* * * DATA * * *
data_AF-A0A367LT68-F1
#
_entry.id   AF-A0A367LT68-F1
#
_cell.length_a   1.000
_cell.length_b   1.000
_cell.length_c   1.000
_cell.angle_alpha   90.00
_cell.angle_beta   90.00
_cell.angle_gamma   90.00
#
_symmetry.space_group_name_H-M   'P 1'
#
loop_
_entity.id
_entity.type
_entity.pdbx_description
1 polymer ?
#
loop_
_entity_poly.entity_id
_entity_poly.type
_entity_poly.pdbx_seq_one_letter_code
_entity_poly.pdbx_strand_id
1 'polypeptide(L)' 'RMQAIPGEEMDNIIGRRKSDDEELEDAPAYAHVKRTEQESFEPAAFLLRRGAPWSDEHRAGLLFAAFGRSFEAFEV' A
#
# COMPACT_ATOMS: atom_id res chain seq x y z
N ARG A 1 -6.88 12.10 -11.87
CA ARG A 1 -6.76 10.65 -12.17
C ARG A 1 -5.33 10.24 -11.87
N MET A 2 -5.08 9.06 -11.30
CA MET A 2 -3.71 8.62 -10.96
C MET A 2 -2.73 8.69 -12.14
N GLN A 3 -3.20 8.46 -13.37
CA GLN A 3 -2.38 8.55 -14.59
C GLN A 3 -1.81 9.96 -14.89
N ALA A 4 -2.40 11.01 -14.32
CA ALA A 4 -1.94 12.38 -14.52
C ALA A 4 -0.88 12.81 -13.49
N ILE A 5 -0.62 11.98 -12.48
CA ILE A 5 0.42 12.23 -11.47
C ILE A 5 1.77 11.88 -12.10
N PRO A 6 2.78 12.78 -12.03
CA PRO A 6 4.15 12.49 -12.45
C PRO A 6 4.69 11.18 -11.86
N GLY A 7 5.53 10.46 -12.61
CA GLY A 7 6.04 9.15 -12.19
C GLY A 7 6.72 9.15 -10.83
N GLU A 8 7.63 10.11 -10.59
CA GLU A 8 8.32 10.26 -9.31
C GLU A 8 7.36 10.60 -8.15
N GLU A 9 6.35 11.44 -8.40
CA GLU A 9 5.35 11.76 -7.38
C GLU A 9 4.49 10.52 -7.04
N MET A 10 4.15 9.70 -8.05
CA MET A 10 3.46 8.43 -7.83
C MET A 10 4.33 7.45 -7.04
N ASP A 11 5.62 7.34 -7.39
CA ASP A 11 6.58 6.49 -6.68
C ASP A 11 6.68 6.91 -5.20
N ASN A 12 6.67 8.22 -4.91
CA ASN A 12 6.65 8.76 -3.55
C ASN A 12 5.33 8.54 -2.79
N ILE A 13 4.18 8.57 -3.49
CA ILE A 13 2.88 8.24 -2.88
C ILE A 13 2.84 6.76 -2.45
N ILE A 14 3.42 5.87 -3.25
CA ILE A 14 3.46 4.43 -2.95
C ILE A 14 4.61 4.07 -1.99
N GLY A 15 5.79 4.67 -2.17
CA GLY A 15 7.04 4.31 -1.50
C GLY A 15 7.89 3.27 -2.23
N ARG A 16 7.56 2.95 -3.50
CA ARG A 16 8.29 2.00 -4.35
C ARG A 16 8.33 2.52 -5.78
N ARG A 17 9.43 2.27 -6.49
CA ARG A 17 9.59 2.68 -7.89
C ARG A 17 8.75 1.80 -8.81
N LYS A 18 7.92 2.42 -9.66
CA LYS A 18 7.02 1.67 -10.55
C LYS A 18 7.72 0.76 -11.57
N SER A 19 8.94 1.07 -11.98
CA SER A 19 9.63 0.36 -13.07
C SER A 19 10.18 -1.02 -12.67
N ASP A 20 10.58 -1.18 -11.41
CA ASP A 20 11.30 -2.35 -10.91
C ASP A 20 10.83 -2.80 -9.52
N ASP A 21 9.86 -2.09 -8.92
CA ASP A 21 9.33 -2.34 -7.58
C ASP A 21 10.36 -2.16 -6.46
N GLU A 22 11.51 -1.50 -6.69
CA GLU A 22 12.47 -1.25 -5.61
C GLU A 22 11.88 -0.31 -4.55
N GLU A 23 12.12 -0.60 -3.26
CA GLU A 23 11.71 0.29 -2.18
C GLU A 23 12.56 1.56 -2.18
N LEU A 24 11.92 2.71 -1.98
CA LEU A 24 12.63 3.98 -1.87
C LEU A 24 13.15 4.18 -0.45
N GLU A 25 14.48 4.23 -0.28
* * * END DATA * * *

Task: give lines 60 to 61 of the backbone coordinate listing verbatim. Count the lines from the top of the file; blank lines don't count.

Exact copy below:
C ASP A 11 6.68 6.91 -5.20
N ASN A 12 6.67 8.22 -4.91